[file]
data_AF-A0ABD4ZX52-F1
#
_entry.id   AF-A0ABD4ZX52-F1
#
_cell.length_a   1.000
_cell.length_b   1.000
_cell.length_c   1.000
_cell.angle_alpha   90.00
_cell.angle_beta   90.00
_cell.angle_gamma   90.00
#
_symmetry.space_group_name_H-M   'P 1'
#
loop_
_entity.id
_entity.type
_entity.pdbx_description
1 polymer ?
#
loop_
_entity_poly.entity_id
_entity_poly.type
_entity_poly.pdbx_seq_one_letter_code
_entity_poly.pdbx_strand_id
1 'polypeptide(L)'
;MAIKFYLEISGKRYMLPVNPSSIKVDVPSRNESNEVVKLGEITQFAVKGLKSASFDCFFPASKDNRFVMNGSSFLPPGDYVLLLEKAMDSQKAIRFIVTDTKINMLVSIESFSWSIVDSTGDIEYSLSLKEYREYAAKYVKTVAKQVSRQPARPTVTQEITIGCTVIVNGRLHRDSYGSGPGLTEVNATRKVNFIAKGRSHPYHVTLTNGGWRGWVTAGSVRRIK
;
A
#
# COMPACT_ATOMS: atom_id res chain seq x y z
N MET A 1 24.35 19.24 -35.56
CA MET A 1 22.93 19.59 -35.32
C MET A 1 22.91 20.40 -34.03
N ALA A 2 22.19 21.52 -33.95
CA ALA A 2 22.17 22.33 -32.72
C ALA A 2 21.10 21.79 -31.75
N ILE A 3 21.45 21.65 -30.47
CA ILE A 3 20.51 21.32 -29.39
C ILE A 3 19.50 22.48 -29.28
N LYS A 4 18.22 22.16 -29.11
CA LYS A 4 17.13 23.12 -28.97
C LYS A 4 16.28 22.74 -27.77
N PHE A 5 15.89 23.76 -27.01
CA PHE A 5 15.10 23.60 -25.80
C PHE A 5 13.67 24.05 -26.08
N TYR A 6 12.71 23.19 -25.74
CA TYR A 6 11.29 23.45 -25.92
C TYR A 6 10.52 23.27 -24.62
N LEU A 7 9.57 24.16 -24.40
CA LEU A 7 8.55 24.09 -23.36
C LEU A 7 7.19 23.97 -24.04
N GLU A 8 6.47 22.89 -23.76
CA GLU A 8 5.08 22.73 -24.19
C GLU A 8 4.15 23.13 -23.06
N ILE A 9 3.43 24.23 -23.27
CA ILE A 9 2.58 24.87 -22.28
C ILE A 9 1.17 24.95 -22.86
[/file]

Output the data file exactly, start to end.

data_AF-A0ABD4ZX52-F1
#
_entry.id   AF-A0ABD4ZX52-F1
#
_cell.length_a   1.000
_cell.length_b   1.000
_cell.length_c   1.000
_cell.angle_alpha   90.00
_cell.angle_beta   90.00
_cell.angle_gamma   90.00
#
_symmetry.space_group_name_H-M   'P 1'
#
loop_
_entity.id
_entity.type
_entity.pdbx_description
1 polymer ?
#
loop_
_entity_poly.entity_id
_entity_poly.type
_entity_poly.pdbx_seq_one_letter_code
_entity_poly.pdbx_strand_id
1 'polypeptide(L)'
;MAIKFYLEISGKRYMLPVNPSSIKVDVPSRNESNEVVKLGEITQFAVKGLKSASFDCFFPASKDNRFVMNGSSFLPPGDYVLLLEKAMDSQKAIRFIVTDTKINMLVSIESFSWSIVDSTGDIEYSLSLKEYREYAAKYVKTVAKQVSRQPARPTVTQEITIGCTVIVNGRLHRDSYGSGPGLTEVNATRKVNFIAKGRSHPYHVTLTNGGWRGWVTAGSVRRIK
;
A
#
# COMPACT_ATOMS: atom_id res chain seq x y z
N MET A 1 24.35 19.24 -35.56
CA MET A 1 22.93 19.59 -35.32
C MET A 1 22.91 20.40 -34.03
N ALA A 2 22.19 21.52 -33.95
CA ALA A 2 22.17 22.33 -32.72
C ALA A 2 21.10 21.79 -31.75
N ILE A 3 21.45 21.65 -30.47
CA ILE A 3 20.51 21.32 -29.39
C ILE A 3 19.50 22.48 -29.28
N LYS A 4 18.22 22.16 -29.11
CA LYS A 4 17.13 23.12 -28.97
C LYS A 4 16.28 22.74 -27.77
N PHE A 5 15.89 23.76 -27.01
CA PHE A 5 15.10 23.60 -25.80
C PHE A 5 13.67 24.05 -26.08
N TYR A 6 12.71 23.19 -25.74
CA TYR A 6 11.29 23.45 -25.92
C TYR A 6 10.52 23.27 -24.62
N LEU A 7 9.57 24.16 -24.40
CA LEU A 7 8.55 24.09 -23.36
C LEU A 7 7.19 23.97 -24.04
N GLU A 8 6.47 22.89 -23.76
CA GLU A 8 5.08 22.73 -24.19
C GLU A 8 4.15 23.13 -23.06
N ILE A 9 3.43 24.23 -23.27
CA ILE A 9 2.58 24.87 -22.28
C ILE A 9 1.17 24.95 -22.86